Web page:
Watchdog: UK police had poor judgment in scandal
LONDON (AP) — Senior members of Scotland Yard showed poor judgment in their handling of Britain's phone hacking scandal, the country's police watchdog said Thursday, in a further indictment of the U.K.'s most important police force.
The watchdog said senior officers in the London police force broke the rules when they hired former tabloid executive Neil Wallis to help run public relations and helped Wallis's daughter get a job.
Wallis was one of the first people arrested in the scandal over phone hacking at the now-defunct News of the World newspaper. His close ties to Scotland Yard — which long refused to properly investigate the practice — have badly dented the prestigious police force's reputation.
The Independent Police Complaints Commission's Deputy Chair Deborah Glass said that police should have known as long ago as 2009 that there was a problem with employing Wallis.
"Senior people appear to have been oblivious to the perception of conflict," Glass said. "It is clear to me that professional boundaries became blurred, imprudent decisions taken and poor judgment shown by senior police personnel."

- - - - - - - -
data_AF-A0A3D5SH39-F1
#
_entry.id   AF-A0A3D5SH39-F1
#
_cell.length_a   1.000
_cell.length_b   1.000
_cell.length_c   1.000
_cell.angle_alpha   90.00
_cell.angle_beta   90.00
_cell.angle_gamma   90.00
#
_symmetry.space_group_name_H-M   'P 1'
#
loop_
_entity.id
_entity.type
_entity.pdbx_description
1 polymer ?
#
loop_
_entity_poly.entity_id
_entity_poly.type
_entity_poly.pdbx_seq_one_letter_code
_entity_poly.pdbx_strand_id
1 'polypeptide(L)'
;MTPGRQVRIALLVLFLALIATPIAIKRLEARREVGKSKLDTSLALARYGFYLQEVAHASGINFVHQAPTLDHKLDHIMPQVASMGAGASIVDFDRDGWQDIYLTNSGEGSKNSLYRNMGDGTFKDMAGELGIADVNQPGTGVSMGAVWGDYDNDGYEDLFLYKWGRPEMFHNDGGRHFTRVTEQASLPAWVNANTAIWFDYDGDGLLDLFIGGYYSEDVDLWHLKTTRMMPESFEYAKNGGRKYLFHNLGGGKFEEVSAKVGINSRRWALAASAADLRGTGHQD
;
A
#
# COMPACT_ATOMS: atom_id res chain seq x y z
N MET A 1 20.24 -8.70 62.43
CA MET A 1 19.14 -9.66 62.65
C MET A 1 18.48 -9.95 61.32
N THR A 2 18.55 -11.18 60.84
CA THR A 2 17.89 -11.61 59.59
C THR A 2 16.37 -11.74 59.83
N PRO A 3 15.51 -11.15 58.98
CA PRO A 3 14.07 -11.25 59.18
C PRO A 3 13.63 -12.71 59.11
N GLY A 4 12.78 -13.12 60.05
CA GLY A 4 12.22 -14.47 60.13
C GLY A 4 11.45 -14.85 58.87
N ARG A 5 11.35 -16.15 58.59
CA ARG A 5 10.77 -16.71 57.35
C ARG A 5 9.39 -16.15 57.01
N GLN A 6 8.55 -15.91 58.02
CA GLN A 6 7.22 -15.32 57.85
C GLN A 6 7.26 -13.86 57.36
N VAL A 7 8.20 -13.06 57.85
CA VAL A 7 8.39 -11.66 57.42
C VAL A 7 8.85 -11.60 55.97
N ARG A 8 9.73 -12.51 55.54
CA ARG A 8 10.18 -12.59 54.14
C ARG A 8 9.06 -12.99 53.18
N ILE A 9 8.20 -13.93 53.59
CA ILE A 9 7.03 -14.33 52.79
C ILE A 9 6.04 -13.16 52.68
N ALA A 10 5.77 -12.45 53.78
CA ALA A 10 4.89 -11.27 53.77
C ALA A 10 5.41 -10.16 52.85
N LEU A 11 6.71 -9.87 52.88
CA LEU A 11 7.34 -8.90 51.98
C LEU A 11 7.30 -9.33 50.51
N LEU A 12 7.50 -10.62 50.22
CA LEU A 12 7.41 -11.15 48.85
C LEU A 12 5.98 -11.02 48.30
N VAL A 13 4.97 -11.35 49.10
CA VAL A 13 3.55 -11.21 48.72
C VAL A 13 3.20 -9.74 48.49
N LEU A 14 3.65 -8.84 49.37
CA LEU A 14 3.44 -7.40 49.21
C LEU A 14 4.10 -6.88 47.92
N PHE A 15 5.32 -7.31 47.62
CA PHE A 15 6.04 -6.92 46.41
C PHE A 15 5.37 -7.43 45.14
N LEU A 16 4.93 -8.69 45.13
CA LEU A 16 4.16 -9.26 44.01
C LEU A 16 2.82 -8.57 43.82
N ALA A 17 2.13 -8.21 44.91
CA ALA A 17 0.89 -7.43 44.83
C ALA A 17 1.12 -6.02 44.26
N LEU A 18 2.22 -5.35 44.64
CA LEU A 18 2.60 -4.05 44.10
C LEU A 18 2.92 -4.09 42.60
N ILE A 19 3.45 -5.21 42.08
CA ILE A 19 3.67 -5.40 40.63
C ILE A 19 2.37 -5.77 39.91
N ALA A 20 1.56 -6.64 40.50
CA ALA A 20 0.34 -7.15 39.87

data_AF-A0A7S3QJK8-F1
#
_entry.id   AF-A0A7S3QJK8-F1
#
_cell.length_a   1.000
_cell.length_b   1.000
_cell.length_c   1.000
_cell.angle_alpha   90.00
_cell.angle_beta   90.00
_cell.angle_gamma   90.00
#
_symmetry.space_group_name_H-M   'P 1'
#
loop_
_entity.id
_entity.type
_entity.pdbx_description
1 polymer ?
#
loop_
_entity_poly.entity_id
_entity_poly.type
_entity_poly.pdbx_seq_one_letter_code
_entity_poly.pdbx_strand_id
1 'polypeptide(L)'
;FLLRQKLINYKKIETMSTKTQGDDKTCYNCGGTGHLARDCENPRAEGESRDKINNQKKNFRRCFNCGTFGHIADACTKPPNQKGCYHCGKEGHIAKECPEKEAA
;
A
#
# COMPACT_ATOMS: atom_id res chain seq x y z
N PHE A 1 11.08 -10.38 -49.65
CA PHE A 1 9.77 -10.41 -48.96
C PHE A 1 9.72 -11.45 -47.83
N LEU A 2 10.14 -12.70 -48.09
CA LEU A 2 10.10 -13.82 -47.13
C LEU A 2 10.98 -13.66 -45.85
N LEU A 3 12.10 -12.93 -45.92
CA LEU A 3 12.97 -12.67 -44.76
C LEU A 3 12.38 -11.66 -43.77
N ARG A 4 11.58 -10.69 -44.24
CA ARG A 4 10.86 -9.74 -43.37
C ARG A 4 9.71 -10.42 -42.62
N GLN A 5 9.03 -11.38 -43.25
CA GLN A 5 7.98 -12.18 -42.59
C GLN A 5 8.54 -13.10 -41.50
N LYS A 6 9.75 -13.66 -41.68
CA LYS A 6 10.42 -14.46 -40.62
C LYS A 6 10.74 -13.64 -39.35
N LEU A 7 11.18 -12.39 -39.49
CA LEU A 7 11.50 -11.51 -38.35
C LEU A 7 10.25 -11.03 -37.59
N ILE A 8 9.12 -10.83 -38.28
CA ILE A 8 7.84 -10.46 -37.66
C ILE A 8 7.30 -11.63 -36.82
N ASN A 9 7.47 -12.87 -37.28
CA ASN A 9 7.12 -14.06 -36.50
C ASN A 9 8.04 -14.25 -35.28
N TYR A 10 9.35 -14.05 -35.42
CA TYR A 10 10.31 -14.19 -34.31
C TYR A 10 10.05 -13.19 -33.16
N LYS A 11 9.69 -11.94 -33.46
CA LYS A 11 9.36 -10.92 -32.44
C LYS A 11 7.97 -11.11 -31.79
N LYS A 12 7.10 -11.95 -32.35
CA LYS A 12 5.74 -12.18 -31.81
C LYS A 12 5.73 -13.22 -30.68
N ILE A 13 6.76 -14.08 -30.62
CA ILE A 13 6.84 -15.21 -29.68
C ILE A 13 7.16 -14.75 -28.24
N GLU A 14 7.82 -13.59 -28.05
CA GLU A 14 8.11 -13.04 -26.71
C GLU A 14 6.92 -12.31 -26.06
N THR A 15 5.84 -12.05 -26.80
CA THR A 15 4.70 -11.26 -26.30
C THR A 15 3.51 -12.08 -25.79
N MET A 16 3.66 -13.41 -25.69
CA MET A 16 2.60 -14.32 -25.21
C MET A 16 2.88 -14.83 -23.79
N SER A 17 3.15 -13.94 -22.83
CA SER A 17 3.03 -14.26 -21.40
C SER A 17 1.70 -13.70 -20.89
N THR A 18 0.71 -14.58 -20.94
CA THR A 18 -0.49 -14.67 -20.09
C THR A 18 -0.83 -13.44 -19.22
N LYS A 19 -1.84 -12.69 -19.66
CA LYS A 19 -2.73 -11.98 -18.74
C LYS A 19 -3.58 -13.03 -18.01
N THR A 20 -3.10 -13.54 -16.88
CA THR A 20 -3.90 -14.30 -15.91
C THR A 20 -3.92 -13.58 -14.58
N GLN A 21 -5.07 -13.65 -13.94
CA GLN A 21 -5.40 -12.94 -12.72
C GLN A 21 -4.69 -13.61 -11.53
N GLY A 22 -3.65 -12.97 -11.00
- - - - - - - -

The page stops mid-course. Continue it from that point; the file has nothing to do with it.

The phone hacking scandal first boiled over in 2006 following the arrest of News of the World private investigator Glenn Mulcaire and senior journalist Clive Goodman.
The pair were convicted in 2007, and police later insisted there was little or nothing more to the story. There'd been only a handful of victims, the force said. There was no evidence anyone else was involved, it claimed.
In fact, there was ample evidence suggesting wide-scale malpractice involving hundreds of high-profile victims. At the same time Wallis was working for the police, senior officers were fighting to prevent the evidence from leaking to the public, forcing those who feared they'd been spied on by the News of the World to sue for a chance to see whether they had been targeted by the paper.
The police's dismissive attitude toward the scandal changed after revelations in the Guardian and The New York Times made it clear that the evidence of wrongdoing had been overwhelming all along. Three top police officers resigned, and a judge-led inquiry is now weighing whether the senior officers got too close to the press.
Wallis was arrested in 2011 but is out on bail and has yet to be charged.